My theory is that if I focus on getting my full quota of sleep, everything else about me will improve. I’ll be much more likely to have the energy to cook meals from scratch instead of resorting to ready-meals. With more physical energy, I’ll be more likely to go for a run. With my wits fully about me, I’ll be more productive and focused in my work. Rising earlier, fresher, in the morning, I’ll be less likely to be late for work. Going to bed earlier, I’ll find  more time to read in bed: that ‘to-read’ pile will diminish in no time.. It may seem counter-intuitive to get more done by doing nothing, i.e. sleeping, but I truly believe it could work.

So if in 2013, you see me taking forty winks at my desk or nodding off in School Assembly,  please don’t wake me up. I’d hate to break my New Year’s Resolution.

Happy New Year!

What’s your attitude to New Year’s Resolutions? Do tell!

Posted in Personal life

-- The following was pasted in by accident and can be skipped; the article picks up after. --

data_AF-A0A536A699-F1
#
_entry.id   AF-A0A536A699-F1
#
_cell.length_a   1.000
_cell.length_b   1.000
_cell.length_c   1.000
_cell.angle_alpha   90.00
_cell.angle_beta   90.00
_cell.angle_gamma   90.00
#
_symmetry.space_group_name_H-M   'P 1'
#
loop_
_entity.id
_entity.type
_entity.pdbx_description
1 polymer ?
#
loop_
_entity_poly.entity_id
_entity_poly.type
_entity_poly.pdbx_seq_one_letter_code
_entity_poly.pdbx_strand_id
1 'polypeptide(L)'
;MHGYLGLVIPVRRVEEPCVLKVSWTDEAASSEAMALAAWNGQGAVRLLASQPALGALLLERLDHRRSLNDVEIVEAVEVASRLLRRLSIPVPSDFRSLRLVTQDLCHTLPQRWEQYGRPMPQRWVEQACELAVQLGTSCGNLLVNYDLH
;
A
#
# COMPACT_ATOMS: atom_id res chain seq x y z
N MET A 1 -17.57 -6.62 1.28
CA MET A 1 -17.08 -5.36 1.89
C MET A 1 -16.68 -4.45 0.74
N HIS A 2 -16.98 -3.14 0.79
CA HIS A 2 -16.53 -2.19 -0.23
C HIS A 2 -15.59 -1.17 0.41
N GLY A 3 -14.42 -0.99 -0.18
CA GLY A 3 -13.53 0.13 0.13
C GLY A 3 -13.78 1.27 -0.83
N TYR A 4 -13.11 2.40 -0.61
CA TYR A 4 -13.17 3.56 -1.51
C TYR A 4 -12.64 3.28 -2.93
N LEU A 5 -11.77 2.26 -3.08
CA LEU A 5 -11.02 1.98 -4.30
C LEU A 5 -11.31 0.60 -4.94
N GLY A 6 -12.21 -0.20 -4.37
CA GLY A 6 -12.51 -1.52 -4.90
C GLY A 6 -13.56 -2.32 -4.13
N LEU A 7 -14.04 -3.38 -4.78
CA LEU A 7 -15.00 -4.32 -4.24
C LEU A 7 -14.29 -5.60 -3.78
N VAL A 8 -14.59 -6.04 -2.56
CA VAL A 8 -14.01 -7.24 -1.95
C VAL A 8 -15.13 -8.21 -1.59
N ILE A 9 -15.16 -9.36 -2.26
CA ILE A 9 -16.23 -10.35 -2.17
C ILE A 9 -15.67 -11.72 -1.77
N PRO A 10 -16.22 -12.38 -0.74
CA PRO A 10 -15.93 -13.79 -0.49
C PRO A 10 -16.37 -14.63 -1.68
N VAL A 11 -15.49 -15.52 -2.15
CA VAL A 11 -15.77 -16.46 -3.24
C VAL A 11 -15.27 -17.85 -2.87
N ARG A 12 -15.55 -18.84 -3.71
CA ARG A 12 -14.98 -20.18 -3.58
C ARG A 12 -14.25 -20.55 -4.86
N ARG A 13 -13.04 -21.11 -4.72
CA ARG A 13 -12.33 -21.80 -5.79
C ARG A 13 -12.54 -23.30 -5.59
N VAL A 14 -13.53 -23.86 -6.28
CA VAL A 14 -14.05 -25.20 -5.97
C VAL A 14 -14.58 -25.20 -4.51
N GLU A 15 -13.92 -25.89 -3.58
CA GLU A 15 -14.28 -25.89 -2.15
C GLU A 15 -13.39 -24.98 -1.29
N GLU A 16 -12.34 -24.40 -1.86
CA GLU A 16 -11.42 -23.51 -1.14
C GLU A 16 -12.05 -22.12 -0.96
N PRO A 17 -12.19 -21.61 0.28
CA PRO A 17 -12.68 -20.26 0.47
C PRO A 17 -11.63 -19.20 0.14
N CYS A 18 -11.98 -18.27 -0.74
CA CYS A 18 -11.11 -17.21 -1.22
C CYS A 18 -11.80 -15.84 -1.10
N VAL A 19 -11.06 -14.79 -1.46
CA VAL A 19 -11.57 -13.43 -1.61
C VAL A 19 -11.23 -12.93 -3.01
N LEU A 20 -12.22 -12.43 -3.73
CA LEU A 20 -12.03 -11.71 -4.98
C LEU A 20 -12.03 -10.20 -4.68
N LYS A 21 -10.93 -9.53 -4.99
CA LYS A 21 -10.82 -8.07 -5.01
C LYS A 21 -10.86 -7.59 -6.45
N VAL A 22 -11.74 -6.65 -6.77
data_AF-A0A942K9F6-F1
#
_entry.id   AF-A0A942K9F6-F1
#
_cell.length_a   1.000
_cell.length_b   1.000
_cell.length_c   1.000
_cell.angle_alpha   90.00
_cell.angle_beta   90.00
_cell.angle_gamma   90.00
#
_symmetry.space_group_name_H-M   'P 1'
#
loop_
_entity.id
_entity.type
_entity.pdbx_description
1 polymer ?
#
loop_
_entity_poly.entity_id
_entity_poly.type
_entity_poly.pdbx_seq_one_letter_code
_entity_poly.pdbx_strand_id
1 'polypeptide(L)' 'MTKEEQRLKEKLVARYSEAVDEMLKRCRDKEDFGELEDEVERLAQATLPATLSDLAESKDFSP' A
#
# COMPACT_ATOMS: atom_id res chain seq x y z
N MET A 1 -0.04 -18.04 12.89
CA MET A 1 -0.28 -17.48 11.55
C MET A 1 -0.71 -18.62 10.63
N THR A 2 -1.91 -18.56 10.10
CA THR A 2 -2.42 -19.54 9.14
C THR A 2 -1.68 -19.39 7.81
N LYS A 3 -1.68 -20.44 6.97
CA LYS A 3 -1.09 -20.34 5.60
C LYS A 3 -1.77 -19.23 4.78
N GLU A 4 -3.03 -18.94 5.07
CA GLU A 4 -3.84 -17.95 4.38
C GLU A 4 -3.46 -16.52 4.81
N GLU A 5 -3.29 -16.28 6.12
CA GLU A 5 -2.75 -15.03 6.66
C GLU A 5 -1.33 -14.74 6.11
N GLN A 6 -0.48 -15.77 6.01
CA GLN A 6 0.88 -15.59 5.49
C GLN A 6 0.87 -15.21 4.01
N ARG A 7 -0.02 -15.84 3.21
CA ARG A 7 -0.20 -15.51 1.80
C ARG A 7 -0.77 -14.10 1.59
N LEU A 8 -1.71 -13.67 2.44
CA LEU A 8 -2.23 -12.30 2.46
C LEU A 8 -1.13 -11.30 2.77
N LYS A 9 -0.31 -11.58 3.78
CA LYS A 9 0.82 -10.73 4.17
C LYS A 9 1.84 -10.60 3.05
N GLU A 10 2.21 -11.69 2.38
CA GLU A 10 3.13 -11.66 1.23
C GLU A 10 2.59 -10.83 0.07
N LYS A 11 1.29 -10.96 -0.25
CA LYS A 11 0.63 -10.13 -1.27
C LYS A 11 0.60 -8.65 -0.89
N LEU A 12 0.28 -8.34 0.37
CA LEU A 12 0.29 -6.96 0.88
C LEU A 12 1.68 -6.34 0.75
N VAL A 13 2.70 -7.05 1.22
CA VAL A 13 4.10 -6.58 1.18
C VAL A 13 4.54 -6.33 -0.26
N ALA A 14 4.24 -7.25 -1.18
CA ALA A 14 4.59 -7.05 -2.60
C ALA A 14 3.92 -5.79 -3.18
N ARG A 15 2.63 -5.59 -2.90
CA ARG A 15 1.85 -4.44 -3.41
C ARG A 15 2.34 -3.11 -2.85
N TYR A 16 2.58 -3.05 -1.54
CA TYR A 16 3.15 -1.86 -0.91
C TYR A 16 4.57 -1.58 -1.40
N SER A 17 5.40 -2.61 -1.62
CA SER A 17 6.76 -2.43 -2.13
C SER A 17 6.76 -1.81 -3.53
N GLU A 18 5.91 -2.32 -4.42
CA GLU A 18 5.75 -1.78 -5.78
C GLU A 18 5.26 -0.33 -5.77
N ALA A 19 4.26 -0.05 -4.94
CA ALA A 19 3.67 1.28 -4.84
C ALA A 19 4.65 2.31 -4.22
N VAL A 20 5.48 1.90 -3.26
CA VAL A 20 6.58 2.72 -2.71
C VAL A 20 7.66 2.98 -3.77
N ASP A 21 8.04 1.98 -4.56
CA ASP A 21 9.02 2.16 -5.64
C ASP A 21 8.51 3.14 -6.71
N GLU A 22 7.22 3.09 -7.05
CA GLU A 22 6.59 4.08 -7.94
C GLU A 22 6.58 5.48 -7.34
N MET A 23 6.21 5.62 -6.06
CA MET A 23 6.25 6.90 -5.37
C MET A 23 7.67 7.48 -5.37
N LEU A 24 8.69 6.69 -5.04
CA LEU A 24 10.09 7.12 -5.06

Changing My Spots: How I Evolved From Sloth to Jaguar

English: a 2-toed sloth at the Jaguar Rescue C...
The sloth – not going anywhere fast (or the right way up)  Photo credit: Wikipedia

In the last 10 years, there’s been a new and recurrent theme in my life: running. Mostly I’ve not run more than 5K at a time – a nice round number, long enough to impress but not far enough to exhaust. I’ve done Race for Lifes, the Chippenham River Run (no, it doesn’t involve walking on water), and a couple of 10Ks too.

My first 10K was meant to be in Cheltenham. But then the organisers had a difference of opinion with the Town Council and relocated the race to the Moreton-in-Marsh Firefighters’ Training College. Instead of pottering gently round the elegant streets of a sedate Georgian town, we were faced with a route like Armageddon. We were surrounded by fake disasters that trainee firemen use to hone their skills: derailments, plane crashes, overturned cars and burnt-out buildings. There’s nothing like fleeing disaster to make you run a little faster.